Dairy farmers want milk supply chain to take action on light-damage

Milk exposed to light can lose up to 28% of its protein in just 20 minutes, research says
Milk exposed to light can lose up to 28% of its protein in just 20 minutes, research says

A majority of farmers want the dairy supply chain to take more action on light damage on milk due to its potential to damage nutrients and taste.

New research shows the majority of British dairy farmers are aware of the problem of light damage, affecting milk's nutrients and its taste.

Scientific studies have shown that both natural and indoor lighting can impact the nutritional quality, taste and smell of dairy products.

Testing by Cornell University shows that some nutrients, in particular protein and vitamin B2 (riboflavin), can decrease by 28% after just 20 minutes of light exposure.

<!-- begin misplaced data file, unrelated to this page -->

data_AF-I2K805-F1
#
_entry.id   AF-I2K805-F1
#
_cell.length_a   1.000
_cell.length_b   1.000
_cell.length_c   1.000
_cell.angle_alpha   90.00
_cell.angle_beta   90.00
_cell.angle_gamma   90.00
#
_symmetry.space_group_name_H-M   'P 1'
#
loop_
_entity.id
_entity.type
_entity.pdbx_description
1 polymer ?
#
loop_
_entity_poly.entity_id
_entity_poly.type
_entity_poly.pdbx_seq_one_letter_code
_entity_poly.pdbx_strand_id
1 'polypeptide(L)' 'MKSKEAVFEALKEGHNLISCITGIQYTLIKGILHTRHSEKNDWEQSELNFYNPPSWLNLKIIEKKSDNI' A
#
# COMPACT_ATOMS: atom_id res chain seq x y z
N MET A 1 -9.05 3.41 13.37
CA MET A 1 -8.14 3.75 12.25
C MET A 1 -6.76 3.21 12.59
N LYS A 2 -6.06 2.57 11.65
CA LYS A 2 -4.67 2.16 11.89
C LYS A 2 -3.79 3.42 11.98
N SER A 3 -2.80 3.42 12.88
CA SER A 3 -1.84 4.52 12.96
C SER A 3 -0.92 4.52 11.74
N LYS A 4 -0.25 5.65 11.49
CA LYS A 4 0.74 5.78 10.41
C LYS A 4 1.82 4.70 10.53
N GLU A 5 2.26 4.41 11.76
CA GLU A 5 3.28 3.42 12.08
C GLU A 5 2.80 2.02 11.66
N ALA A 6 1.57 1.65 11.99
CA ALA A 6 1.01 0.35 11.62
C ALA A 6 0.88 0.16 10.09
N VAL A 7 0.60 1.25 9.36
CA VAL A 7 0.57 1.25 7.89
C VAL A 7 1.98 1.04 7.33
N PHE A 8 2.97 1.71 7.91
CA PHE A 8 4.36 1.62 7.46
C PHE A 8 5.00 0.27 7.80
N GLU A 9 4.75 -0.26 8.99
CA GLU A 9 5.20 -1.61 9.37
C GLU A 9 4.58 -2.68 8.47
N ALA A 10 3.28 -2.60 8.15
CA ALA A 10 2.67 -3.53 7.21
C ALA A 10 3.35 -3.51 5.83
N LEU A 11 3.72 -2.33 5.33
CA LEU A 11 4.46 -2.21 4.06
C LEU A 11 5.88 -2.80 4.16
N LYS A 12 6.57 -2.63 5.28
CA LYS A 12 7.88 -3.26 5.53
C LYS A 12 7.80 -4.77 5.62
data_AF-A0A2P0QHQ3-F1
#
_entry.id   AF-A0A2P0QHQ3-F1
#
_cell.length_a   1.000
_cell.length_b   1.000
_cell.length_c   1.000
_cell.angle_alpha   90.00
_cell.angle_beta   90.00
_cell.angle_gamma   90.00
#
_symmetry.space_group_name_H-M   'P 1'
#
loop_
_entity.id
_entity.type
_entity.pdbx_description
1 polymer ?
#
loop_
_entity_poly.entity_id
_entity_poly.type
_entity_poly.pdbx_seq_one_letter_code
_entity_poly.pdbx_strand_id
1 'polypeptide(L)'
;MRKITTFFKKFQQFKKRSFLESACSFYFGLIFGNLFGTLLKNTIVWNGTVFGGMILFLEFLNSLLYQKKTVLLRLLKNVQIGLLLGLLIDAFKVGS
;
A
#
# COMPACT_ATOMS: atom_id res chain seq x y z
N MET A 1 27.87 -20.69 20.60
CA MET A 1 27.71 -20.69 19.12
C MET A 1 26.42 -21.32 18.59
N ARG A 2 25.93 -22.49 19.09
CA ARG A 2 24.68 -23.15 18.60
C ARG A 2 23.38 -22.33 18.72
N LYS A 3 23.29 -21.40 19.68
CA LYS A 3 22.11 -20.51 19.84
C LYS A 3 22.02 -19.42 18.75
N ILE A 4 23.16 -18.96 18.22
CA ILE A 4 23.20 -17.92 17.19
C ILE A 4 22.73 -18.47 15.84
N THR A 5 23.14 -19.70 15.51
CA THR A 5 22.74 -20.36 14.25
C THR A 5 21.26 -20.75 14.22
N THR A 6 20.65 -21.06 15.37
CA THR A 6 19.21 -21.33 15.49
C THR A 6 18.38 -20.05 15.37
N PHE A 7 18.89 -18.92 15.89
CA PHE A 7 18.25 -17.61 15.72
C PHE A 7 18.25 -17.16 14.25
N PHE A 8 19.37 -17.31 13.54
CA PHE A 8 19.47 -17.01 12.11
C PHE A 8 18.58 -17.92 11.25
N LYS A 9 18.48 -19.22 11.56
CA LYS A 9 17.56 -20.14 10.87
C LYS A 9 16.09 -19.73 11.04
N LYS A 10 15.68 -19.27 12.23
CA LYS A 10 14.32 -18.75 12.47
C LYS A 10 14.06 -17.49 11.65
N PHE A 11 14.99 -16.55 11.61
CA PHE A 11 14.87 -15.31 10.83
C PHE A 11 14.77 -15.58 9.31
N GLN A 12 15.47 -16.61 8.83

Consumers also believe that retailers should take action with over half (55%) saying that supermarkets should be proactively looking to package milk produce in ‘light protected’ packaging.

However, fewer than a third (29%) of consumers are aware that light damages milk, research by packaging technology company Noluma shows.



Three in five dairy farmers (62%) also say that the whole supply chain should take more responsibility for the issue.

The research also finds that over three-quarters (77%) of dairy farmers are concerned that the quality of their produce may diminish before it reaches consumers because of current packaging standards.

Most farmers surveyed (90%) say that they would like to be more involved in decisions around the packaging of their produce to ensure it is as effective as possible.

Surveys were conducted by Censuswide among 1000 UK consumers and 150 UK dairy farmers in March 2019.